This is how you become rich. You don’t downsize across the board. You see what can be cut and what cannot. You don’t want to cut that which will grow, but the money spent on appearances and good times? You can drop that right away. 

“I believe this happens to a lot of men my age. One is quite settled in every regard, but you look around your circles and wonder if you’ve made any truly close friends.”

Without women, most men would be home alone, every night. Or be on the couch with a guy talking women and sports and no true feelings. The truth is women have girlfriends, best friends. As they get older, most men do not.

“The thing about crazy folk is that either they’re truly crazy or they know something nobody knows, or can even detect.”

This is SO true. But you don’t know it unless you spend a lot of time around a crazy person. In so many ways they’re inadequate, they can’t function in society, but somehow they can see right through you, detect the flaw in a situation, it’s eerie, almost supernatural. Either you know this or you’ve never experienced it and probably never will. Freaky.

“I assumed that he’d ply me with the data-heavy information download that marks an autodidact…”

People feel inadequate, substandard, less than because they didn’t get a college degree. So they read and educate themselves and they’re constantly talking about what they’re consuming, whereas those who’ve actually graduated never talk about their college courses. That’s in the past.

Now the truth is all of these insights are secondary to the enjoyment of “My Year Abroad.” It’s really about the plot. The roller coaster. Only this roller coaster is out in the desert and you’re riding it at night in the pitch black and nobody knows you’re doing so and nobody cares either.

Welcome to real life.

Social media is a ruse, it’s just a way to fight our loneliness. Our constant companions are our brains, our minds, and we’re in them all the time. And everybody keeps telling us we’re missing out on the show. And then we feel even worse, as outsiders.

This book is the story of one little life. And the truth is every life has twists and turns worth telling. But most of them go unheard. Which means when you read this book about an ordinary guy who sometimes enters the extraordinary realm…you pay attention, you can resonate, you share a common bond.

Now I had no idea who Chang-Rae Lee was, but after finishing the book I decided to do some research. There was a review in the “New Yorker,” which gave away a ton of the plot and put the book in the context of Lee’s other work and then poked holes in the novel, pointing out its flaws, its inadequacies.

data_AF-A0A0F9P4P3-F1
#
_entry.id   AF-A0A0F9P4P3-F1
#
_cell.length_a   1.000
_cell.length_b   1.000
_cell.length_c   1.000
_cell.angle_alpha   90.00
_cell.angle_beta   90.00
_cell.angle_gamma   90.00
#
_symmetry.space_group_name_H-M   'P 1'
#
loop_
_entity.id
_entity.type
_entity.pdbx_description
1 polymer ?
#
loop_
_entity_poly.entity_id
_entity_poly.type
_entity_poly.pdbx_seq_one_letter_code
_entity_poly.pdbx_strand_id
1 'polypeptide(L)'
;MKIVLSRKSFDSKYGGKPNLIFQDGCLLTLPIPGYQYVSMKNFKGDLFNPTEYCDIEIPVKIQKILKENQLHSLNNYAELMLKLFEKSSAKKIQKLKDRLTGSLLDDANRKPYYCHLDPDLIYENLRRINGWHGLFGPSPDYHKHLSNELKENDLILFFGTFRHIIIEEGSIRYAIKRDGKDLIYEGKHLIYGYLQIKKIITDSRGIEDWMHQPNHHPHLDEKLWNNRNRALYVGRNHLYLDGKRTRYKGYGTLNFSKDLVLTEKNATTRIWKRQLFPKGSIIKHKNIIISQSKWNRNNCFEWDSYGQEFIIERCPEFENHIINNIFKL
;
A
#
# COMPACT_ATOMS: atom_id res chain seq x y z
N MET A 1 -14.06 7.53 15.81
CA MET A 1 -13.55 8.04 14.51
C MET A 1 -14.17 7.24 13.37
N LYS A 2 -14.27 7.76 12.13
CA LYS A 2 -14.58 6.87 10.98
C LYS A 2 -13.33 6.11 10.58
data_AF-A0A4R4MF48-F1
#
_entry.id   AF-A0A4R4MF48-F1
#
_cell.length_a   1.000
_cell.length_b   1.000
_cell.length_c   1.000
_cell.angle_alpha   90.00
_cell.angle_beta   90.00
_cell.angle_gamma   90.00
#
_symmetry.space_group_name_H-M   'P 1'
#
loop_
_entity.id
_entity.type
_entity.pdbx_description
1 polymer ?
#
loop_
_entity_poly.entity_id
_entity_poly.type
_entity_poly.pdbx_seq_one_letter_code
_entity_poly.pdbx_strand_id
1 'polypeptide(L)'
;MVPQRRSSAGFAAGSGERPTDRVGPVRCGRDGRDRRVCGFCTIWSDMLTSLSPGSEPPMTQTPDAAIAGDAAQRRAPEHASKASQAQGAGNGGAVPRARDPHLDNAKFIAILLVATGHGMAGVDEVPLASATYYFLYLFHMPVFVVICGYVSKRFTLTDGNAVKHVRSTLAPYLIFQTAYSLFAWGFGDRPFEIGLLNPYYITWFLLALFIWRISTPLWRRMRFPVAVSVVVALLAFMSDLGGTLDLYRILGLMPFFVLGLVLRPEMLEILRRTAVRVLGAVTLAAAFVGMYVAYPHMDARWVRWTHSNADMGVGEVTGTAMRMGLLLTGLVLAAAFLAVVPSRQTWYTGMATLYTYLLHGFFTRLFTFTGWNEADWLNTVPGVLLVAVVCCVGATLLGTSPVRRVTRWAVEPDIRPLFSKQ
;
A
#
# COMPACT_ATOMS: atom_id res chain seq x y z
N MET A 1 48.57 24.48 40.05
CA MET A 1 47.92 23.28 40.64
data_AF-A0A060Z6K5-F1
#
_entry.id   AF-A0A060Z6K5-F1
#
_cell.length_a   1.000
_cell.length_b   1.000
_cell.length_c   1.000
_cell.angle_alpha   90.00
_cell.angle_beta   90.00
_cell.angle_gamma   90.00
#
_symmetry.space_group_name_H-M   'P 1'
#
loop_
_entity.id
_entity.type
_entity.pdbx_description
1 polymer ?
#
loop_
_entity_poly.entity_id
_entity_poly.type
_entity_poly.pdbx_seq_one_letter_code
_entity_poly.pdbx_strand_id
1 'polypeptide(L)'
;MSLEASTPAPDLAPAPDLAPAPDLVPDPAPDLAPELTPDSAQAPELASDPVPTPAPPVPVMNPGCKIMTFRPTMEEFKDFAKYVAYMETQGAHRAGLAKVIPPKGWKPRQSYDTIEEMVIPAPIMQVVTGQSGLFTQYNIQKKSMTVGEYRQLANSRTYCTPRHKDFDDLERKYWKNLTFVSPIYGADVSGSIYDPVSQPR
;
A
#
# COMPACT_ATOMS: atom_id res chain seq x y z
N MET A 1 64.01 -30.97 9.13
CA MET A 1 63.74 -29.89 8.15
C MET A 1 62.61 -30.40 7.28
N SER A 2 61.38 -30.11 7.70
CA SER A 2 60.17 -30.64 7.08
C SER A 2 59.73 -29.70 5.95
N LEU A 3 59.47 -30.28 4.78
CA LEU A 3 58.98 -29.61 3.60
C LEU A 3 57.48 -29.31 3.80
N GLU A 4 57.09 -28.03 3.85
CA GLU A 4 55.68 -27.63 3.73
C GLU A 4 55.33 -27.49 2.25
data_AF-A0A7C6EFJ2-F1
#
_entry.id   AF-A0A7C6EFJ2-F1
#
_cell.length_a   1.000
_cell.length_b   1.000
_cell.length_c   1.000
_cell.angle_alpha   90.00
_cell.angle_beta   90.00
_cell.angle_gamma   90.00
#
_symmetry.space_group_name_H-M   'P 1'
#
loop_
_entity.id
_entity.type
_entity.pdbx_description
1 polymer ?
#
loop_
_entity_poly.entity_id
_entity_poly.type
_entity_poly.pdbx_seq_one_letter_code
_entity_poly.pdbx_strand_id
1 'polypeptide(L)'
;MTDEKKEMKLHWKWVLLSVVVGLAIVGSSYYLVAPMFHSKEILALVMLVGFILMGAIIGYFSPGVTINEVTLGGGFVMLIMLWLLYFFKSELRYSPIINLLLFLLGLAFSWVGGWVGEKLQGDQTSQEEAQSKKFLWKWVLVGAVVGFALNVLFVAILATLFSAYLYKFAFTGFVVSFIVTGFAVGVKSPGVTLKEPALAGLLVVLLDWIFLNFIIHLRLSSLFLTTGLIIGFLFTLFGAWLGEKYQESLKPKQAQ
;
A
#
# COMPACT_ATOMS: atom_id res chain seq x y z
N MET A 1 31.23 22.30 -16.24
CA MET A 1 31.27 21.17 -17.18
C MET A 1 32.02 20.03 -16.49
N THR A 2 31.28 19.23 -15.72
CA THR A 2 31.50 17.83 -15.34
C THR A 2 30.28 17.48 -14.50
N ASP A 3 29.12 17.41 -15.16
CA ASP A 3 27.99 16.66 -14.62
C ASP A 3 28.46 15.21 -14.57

Have you ever hung with a household name beauty? They’re imperfect, they’re flawed, all human beings are. So, books are not evaluated by these wankers for the reading experience, instead they’re held to some standard no one can meet that is agreed upon by the New York cognoscenti, who never really reveal what the rules are. They’re like rock critics. But since books sell a fraction of the number of records, and take longer to consume, albeit not being repeatable, these royals get away with it. The same way the bosses at the ever consolidating publishers get away with their insane pricing model. Yes, the hardcover edition of this book is only ninety nine cents more expensive than the Kindle version. Even though there’s no printing, shipping or returns with digital assets. The music business is in a frenzy over NFTs and the book business is smugly doing its best to keep its marginal business stuck in the pre-internet era. To the point where aforesaid wankers can’t even acknowledge genius when they see it.

Was every track on “Jagged Little Pill” or “Nevermind” an A+? No, but that doesn’t matter. These acts were hewing to their own standard, not anybody else’s, that’s what made them so fresh.

“My Year Abroad” is fresh.

Here’s the deal. You can read the sample chapter free, that’s what Amazon provides. You can even check it out on your smartphone, and everybody’s got one of those. So I don’t want to hear from those idiots who said they bought the book and disliked it. You don’t have to do that anymore. And truthfully, few of my own readers have even gotten this far. But those who have are looking for a nugget, something special, something to make their little lives complete.

And that’s “My Year Abroad.”